Edit: I am shocked no one has pointed out this is actually 11 things and I messed up the numbering. I just noticed it and my Type A-ness is going crazy, so I had to put in a disclaimer: I can’t count.
3 1/2 years ago I stumbled across a blog while looking for new vegetarian/vegan recipes.Throughout the years I kept reading as the blogger eventually admitted her vegan/vegetarian lifestyle had been hiding an eating disorder (I could relate), added meat to her diet, and started CrossFitting.
The blogger, Katelyn, published this vlog a little over a year ago. I remember watching her start to cry as she talked about how one day she wanted to compete in the CrossFit Games. I remember thinking “why the heck is she so emotional about lifting weights”? Coming from LA, my only association with females lifting was girls doing light leg press getting ready for bikini or figure contests, which was not something I had any interest in doing. Her emotion sparked a curiosity in me and I had to figure out what had driven my internet sister-from-another-mister to cry from happiness.
After 10 months of lifting on my own and recently joining CrossFit, I understand. As psychotic as it may make me/her seem, I have definitely got teary eyed before thinking about how much it has changed my outlook on life. Neither running nor swimming have ignited the passion and confidence that lifting has. It’s an emotional process to turn insecurities into self empowerment.
So here are the 10 things I have learned since I started lifting and crossfitting.
1. You miss 100% of the shots you don’t take.
My whole life I have had a fear of failure. I figured if I stayed on the side lines and never stuck my neck out to try something that I knew would be difficult, then I would never really fail. I figured not trying was better than failure. Boy, was I wrong. Trying until you reach failure (or can’t do it with proper form) is essential to lifting and CrossFit. Not sure if you can do it? Who cares, try it anyway. If you can’t, you can’t. The real failure is in never trying.
2. Buying a bigger pair of jeans is not a bad thing.
For the first time since I was 19, I had to buy jeans in a bigger size. I tried so long to keep that stupid number on the tag the same, watching as my jeans went from slightly baggy at 19 to plastered on as I aged. But squats and lunges helped my legs and butt grow so that they could no longer be contained in those same 19 year old sized jeans. And, I celebrated it. Bigger jeans means building muscle, which means I’m getting stronger and closer to reaching my goals.
2. 1,200 calories should only get you through lunch.
Who came up with that 1,200 calorie number that is THE number to eat if you want to lose or maintain a low weight? After years of obsessively counting calories, I’ve finally forgotten how many calories are in a medium sized banana or 6 ounces of chicken. I’ve learned to listen to my body, understand the foundations of my cravings, and give my body the freedom to have what it needs. And that is a hell of a lot more than 1,200 calories.
3.”Practice doesn’t make perfect, it makes permanent” – Coach Beau.
Practicing will make your actions stick, so make sure you are practicing right.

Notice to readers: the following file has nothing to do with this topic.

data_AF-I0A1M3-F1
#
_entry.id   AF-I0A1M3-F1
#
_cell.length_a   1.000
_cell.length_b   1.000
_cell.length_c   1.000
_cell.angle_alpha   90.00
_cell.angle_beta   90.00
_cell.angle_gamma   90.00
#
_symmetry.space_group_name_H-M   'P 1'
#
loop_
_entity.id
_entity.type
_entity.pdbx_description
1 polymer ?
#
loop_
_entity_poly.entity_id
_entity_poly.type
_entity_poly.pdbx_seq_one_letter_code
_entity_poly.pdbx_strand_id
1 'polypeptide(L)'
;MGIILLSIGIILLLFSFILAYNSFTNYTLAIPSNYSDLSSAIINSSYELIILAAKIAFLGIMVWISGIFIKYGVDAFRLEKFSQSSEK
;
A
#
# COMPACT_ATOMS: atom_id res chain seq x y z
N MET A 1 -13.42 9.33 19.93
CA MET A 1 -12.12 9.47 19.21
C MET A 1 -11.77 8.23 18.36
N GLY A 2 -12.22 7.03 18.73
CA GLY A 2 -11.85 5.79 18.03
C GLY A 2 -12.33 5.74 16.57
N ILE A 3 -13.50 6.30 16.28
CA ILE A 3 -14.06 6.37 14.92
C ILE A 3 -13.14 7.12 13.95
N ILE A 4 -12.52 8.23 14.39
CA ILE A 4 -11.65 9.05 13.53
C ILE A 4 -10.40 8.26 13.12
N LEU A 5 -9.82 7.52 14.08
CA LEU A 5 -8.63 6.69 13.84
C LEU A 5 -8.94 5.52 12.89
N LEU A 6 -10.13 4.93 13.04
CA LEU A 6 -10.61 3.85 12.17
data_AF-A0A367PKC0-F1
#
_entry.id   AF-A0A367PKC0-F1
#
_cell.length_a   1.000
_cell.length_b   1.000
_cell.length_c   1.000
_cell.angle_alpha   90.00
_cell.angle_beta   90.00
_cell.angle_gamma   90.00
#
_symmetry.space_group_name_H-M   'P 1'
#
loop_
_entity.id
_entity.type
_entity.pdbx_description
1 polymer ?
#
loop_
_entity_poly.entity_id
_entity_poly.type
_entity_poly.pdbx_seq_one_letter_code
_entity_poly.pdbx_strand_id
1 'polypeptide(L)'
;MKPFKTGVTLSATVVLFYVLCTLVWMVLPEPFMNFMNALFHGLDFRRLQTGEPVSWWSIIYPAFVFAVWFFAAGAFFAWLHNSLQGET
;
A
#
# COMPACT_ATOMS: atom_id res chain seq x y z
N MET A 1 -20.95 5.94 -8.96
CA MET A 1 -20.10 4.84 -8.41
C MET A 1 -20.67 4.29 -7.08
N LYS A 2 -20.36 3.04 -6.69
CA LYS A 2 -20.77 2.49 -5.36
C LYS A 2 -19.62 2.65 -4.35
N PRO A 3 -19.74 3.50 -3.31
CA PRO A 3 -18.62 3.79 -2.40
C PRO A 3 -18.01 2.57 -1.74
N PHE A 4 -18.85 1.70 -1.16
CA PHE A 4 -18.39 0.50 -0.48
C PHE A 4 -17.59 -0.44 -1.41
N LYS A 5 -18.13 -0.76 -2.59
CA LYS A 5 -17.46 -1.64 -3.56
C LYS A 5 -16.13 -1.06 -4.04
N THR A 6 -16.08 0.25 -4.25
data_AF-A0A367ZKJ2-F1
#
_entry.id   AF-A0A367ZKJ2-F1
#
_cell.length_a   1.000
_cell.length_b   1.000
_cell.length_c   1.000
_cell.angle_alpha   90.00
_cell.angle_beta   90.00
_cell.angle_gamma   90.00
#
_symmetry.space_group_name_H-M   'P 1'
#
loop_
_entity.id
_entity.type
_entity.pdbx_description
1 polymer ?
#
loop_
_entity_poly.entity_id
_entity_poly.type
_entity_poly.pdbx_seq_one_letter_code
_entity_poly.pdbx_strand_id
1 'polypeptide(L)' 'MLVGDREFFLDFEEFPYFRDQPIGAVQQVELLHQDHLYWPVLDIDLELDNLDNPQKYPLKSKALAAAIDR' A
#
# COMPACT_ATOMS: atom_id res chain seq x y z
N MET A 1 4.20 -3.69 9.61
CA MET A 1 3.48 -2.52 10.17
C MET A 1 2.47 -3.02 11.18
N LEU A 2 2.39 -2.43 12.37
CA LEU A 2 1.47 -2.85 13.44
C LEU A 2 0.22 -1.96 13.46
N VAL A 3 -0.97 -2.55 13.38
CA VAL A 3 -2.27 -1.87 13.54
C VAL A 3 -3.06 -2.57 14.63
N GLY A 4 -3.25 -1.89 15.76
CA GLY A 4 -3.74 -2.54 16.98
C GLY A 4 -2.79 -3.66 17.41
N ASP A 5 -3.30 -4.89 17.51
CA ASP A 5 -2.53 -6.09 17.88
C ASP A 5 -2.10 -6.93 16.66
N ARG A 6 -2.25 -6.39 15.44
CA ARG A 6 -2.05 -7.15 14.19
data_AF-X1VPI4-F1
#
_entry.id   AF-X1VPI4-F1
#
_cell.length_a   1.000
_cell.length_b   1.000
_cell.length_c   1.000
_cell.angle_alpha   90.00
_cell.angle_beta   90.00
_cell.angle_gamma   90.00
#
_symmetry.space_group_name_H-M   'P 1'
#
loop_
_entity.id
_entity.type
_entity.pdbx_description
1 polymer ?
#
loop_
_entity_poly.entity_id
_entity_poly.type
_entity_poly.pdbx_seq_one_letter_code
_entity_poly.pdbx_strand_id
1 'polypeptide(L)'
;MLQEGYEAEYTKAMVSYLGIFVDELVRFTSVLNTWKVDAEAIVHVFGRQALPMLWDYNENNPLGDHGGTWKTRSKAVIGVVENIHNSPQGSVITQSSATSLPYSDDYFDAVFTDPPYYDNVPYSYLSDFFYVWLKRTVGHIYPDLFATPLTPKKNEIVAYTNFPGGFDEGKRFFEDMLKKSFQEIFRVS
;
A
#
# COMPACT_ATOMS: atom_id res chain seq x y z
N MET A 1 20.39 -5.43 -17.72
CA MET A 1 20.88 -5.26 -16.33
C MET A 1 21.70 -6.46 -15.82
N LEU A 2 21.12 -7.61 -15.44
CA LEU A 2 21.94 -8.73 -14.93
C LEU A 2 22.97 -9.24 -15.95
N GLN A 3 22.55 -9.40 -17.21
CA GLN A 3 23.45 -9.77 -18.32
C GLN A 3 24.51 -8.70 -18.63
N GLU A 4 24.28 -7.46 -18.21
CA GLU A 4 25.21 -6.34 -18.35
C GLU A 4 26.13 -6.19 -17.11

4. Alcohol isn’t the only thing that can make you feel invincible.
The feeling of conquering the world that you get from achieving a goal in the gym is addicting. Many people use liquid courage to feel confident enough to chat up the room or do something they couldn’t do sober. I was one of them. But I’ve found that a good workout can give me that same feeling, without the headache the next morning.
5. Sweating is okay.
As a former competitive swimmer, in a nice cold pool, I have always hated sweating. I tended to avoid things that made me sweat excessively. After a heavy day of lifting, there are definitely sweat marks surrounding my spot on the floor and it makes me want to make a sweat angel each time.
6. Finishing last doesn’t make you a loser if you gave it your all.
Even if I’m the last one to finish a workout, or the weakest, at least I challenged myself to try it.
7. Partying isn’t always worth missing sleep.
Missing sleep makes it harder to reach my goals. While it’s always good to have a night out now and then, my 4 nights out a week are a thing of the past. Most days, I’d rather bust my ass in the gym than bust a move on the dance floor. Though, let’s be honest, if you’ve ever seen me on the dance floor, you know those squats come in handy.
Don’t punish yourself by not eating or by working out when you are too tired. Treat your body with respect, love it, and it will accomplish anything you want.
9. The confidence will carry over to other aspects of your life.
The confidence I feel in the gym has helped me try things in real life I never had the courage to do, like interviewing for jobs I thought were well out of my reach, trying out for law school competitions or asking for a raise. I have become more confident in every aspect of my life, not just with my physical abilities.
To quote ‘When Harry Met Sally’: “when you realize you want to spend the rest of your life with somebody, you want the rest of your life to start as soon as possible.” I feel like over these past 10 months I have finally fallen in love with myself. Unconditionally. I’ve stopped doubting myself. I’ve stopped comparing myself to others. I’ve stopped punishing myself for any little thing I do wrong. I’ve finally become comfortable in my own skin. And I can’t wait to spend the rest of my life feeling this way.
Has working out changed how you feel about yourself ?
What is your favorite way to workout?